Elle - Fashion Spotlight: Little Miss Precious

(from Elle)
The spirit of Eloise returns to New York’s Plaza Hotel—with some naughty renditions of fall’s girlishly prim looks.

Photo: Ellen von Unwerth; styled by: Christopher Niquet

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Elle - May 2009

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Harper’s Bazaar - Singapore - April 2009 - Eva Longoria Parker

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Lady Gaga – Just Dance

Gaspar Gloves can be seen in this Lady Gaga music video.


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Christina Aguilera’s Greatest Hits

Christina Aguilera can be seen sporting Gaspar Gloves in her latest Target add and Video.

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FHM - E! Entertainment’s Ashlan Gorse

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Glove Problems

Here’s an article from Men’s Flair shopping guide:

Glove Problems

By Winston Chesterfield
There is no doubt that I prefer the sole trader to the chain. While I am a strong supporter of the much improved stores of the high street, there is a price to pay for the efficiency and economy of the offerings of large chain stores. For one thing, it’s unlikely that you’ll find anything that isn’t designed to appeal to a broad range of chaps; certain shops valiantly seek to sell taste but generally speaking, they’ll sell what they know people will buy. Although this is a central aim of any trade enterprise, large or small, the smaller the trader, the more unusual the wares. The trouble with homogeny is that certain subtleties of manufacture are avoided; the tragedy of off-the-peg or ‘ready to wear’ is that it is often not ready to wear at all. The trousers are cut too long, the jacket
too roomy. Adjustments are often needed to really attain the best value from the economic purchase.

Sadly, there are certain items which cannot be adjusted. Being of an awkward shoe size can be a bother in stores that do not stock half sizes, particularly if the shoes are of one’s taste and budget, but the really disappointing thing about the high street stores, including the large department stores – so grand in reputation and scale – is that I can rarely find a pair of leather gloves that actually fit me. “We’ve got small, medium and large, sir” said the courteous young American girl on a recent visit to a department store. I tried a pair of the small. They were certainly the right size for my palm but my fingers looked like sausages. “They’re not quite what I am looking for – my hands look huge” I said, startled by my reflection in the mirror. The gloves looked more like the sort of thing snowboarders wear; the delicate subtleties of the human hand lost in the mass of leather that engulfed the fingers. “I guess” said the young girl, folding the gloves and placing them back onto the table “most guys don’t really care about that.”

The problem is that only a few stores, none of which were known to any persons I spoke to, actually offered gloves in more of a range than the generic sizes of small, medium and large. My research on the topic led me to discover that many see the sizing of small, medium and large as an alternative to the sizing in inches (6 ½ , 7 etc), the Zavier Jouvin method devised in the 19th century, and not as a homogenization of glove sizing. However, despite the fact that Dents gloves are made in good quality leather, in a variety of colours, when I wear them I look ridiculous. Having experimented with ladies gloves, I now know that the problem lies with the particular style of gloves available to men. Women’s gloves reflect the daintier appearance of the hands that wear them; they are too small for my hands as the fingers are far too short, restricting my hand movement, but the way the leather is finished on the fingers is far more elegant. There is a delicacy lacking on most of the glove models available to men; they seem not to be made for fingers but tree stumps.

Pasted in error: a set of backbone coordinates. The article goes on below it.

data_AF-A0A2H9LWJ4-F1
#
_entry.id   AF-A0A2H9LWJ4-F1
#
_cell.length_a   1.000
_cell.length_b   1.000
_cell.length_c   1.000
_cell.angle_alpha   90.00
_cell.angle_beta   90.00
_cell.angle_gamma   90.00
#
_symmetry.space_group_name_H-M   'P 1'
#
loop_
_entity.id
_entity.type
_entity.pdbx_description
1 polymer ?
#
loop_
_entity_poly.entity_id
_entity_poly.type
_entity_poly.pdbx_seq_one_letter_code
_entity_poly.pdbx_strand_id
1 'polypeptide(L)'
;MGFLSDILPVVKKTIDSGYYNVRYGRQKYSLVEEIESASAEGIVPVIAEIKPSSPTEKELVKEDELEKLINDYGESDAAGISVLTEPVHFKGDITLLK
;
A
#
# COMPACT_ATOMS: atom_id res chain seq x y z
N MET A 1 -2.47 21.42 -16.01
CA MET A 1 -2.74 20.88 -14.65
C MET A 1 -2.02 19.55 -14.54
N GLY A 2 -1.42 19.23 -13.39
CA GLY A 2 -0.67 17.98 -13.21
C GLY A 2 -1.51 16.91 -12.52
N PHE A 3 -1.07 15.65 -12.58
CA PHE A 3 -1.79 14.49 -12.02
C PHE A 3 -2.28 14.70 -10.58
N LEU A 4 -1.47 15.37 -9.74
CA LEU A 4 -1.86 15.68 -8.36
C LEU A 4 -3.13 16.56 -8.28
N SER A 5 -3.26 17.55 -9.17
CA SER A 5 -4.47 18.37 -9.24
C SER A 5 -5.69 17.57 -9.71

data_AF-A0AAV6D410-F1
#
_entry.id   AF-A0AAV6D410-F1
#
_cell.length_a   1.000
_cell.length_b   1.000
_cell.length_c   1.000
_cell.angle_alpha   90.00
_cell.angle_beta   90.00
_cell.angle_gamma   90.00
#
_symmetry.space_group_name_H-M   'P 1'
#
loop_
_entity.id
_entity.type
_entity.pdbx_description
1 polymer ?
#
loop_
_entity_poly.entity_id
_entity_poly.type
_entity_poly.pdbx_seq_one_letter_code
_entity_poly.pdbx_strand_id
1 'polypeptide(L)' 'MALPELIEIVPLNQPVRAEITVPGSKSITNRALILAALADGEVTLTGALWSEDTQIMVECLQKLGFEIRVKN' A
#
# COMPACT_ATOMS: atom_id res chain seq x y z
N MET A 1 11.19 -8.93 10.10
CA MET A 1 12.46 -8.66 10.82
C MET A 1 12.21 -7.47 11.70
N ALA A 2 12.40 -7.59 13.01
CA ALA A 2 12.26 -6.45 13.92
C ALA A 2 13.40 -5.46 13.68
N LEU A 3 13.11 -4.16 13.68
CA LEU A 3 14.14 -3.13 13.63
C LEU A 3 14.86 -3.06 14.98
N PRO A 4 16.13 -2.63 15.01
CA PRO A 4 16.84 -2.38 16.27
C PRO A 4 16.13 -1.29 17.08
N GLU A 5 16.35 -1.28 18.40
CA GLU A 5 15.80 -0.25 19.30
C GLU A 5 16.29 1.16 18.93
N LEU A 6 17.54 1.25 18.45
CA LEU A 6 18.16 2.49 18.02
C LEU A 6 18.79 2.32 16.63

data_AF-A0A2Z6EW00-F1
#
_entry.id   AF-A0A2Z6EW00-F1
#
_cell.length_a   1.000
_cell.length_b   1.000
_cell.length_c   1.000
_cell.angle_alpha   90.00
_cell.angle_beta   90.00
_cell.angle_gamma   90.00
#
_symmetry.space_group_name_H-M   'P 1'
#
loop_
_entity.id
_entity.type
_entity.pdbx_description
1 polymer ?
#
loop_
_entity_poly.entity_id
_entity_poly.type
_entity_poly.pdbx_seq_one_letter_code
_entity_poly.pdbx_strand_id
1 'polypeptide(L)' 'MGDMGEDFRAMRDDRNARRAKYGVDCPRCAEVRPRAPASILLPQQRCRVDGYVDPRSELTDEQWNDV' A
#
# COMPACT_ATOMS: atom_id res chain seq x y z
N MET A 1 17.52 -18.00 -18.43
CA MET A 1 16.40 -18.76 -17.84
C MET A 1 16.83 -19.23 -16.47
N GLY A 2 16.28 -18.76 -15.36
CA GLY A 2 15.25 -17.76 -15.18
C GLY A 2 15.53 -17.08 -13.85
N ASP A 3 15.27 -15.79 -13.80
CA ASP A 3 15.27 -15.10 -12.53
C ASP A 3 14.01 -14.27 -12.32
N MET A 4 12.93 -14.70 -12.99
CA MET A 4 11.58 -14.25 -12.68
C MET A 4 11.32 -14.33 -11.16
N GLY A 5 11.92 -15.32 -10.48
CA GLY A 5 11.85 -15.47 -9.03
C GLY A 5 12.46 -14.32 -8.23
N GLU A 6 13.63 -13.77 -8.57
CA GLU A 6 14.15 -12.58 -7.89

I discovered an interesting website, Gaspar Gloves which offered, from what I could see, more elegant dress gloves for gentlemen. Priced at $85, Gaspar are quite proud of their strong connection with Hollywood; on their home page, Angelina Jolie is pictured in fine leather period-style gloves, clutching a receiver in her latest film ‘Changeling.’ Gaspar is certainly the sort of trader I warm to but I dream of such availability in the real world, and not merely the virtual. I am unwilling to purchase gloves without first trying them on. I imagine walking into an independent glove shop just off Regent Street; a huge range of materials and colours, racks and racks of sizes on oak shelving, a crackling fire and a Sinatra soundtrack. “Formal black gloves for the evening, and would sir like some chestnut driving gloves for the country?” Sadly, such a shop remains a dream. I think I was born in the wrong century.

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W Magazine – January 2009

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“Dorothy Gaspar’s Glove Designs Pack Star Power” – Los Angeles Times

From LA Times Article:

"Dorothy Gaspar's glove designs pack star power"

by Monica Corcoran

Dorothy Gaspar does not make gloves for meek women. Her long, sinuous leather creations -- imagine Louboutin stilettos for your hands -- are better suited for martini-swilling minxes who smirk through apologies. Same goes for the chic two-tone driving gloves that come in flashy sports-car colors and snap efficiently at the wrist. Even folded over in repose, like sleeping swans, Gaspar's gloves are ready for their close-up.